I may be in trouble.

MCC

Insanity in Small Doses


Yes, I am still alive. I promise.

But between the book, the newsletter, the kids, the full-time job, and life, the blog has had to take a backseat to my sanity.

I’m trying to help myself understand that a certain amount of insanity is healthy–not just OK, but actually healthy. For instance, the craziness of raising kids keeps me young (except on those days that are so exhausting I go to bed feeling like I’m a thousand years old). The chaos of work keeps my mind active. The insanity of thinking I should write romance novels is a creative outlet. Even when I’m editing–or getting rejected–the book(s) are something I’m proud of, and am happy I’ve done.

But in larger doses, insanity is just that–insanity. I go through fits and starts with my self-imposed deadlines and ultimatums. I MUST make sure that the kids are in swimming lessons. I MUST be the soccer coach (this, despite the fact that I don’t know the first thing about soccer, other than “You kick the ball into the net.” Thankfully, that’s enough for five-year olds). I MUST be a good mother and make sure my children have the self-esteem I never did. I MUST be the best speech pathologist for the kids at work.

So when I encounter someone who says to me, “Oh, you work for the school district. Must be nice, working 9-3,” I want to scream. 8-5, with a half hour for lunch, that’s what I work. And don’t forget the paperwork on weekends. It infuriates me that my work is seen as so superfluous to the functioning of society that our governor wants me to take between a 5-10% pay cut.

Why am I working so hard, then?

And outside of work, I MUST write the church newsletter, despite the fact that I hate doing it, because if I don’t, the typos, misspellings, and grammatical errors will make me want to hurl. And once that’s done, I’ll write the book(s). After all, I MUST get the edits done so I can send the queries and partials out to the agents who have requested them. So I stay up until 2 or 3 in the morning trying to meet a deadline that doesn’t really exist.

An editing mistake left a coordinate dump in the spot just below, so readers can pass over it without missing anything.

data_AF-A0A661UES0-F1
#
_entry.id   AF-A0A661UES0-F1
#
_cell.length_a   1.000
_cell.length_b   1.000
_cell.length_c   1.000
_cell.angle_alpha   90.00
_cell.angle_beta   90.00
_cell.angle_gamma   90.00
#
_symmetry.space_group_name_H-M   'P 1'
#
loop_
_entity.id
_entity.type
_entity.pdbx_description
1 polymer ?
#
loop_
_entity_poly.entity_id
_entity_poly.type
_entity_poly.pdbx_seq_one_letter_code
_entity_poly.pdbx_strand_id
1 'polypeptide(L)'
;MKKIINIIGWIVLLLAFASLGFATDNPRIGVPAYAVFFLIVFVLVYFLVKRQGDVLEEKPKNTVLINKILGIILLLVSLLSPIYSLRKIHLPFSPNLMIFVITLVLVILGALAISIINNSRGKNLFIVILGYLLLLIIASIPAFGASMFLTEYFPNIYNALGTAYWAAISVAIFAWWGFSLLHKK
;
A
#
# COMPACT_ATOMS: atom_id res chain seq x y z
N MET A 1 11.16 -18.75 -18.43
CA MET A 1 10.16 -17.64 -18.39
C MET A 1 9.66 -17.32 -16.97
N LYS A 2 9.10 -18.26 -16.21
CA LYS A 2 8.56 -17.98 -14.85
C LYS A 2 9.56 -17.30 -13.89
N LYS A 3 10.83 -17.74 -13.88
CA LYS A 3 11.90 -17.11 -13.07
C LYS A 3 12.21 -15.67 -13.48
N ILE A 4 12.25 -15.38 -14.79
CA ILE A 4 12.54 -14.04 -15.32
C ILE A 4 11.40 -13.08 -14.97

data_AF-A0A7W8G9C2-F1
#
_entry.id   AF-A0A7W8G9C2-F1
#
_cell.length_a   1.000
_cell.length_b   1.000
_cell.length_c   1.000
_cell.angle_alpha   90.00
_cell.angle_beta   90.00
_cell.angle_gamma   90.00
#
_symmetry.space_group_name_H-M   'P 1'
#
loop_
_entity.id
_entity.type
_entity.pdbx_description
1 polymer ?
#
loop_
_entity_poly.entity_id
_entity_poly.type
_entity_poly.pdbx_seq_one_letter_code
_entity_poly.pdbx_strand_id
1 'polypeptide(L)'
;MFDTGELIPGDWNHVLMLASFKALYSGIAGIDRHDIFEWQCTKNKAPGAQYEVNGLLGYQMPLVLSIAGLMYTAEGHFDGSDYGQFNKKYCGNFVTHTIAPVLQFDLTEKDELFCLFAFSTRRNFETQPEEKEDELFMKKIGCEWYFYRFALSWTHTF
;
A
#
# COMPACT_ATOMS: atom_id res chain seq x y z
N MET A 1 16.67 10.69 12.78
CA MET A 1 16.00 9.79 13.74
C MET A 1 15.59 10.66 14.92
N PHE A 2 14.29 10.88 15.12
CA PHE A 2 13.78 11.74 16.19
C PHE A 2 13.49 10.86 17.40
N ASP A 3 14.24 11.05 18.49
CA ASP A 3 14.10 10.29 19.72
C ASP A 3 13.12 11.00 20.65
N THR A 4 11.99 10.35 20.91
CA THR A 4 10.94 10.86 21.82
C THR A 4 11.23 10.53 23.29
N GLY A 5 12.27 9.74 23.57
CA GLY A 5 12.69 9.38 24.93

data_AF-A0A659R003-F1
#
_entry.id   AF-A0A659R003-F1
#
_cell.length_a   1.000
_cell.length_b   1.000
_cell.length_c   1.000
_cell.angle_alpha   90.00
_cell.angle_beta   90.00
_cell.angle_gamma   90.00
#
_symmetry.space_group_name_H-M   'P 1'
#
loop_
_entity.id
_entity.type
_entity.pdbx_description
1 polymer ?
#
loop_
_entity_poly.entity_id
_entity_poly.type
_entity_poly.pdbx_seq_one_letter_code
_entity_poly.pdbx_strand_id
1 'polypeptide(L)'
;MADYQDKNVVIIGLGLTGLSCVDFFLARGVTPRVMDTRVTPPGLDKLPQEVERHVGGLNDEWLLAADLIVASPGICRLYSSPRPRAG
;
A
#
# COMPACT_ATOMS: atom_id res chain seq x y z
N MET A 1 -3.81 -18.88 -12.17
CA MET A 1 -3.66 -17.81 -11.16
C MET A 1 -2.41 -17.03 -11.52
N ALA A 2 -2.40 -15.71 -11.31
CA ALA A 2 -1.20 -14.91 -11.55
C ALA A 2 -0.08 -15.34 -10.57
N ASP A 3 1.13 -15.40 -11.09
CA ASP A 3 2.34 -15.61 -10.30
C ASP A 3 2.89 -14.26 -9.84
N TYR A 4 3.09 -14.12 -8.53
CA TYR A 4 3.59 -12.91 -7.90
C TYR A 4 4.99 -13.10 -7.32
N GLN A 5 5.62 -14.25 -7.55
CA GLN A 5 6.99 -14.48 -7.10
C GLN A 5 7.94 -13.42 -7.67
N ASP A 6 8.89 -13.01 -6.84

I MUST clean the house. I MUST make healthy dinners (sadly, frozen pizza doesn’t seem to make the cut). I MUST make sure everyone eats their vegetables, exercises for 20 minutes a day (I know, it’s on the low side), and gets outside for a portion of their day.

Despite all these things I MUST do, here’s what my life is actually like. The house is a mess. Chaos reigns supreme. I get snotty emails about the newsletter, and then my husband gets thanked for doing it. People yell at me at work, and I can’t, for the life of me, figure out why. My son has taken to pinching people at daycare because, in his words, he finds them “annoying.” So I do up behavior charts for him, write him social stories, and take away the TV. And fret that I’m awful at the one thing I wanted to succeed at more than I wanted anything in my life.

I worry that not only am I not a “good” mother, but not even a “good enough” mother. Because that’s all I’m shooting for now. Good enough. My goals aren’t lofty–I just want the kids to make it through high school without setting the house on fire.

Only right now, I’m starting to think it’s too bad they don’t have one of those pre-tax savings accounts for bail money.

I’m kidding.

Sort of.

So I’m going to make an attempt to minimize the chaos.

Insanity in small doses.

MCC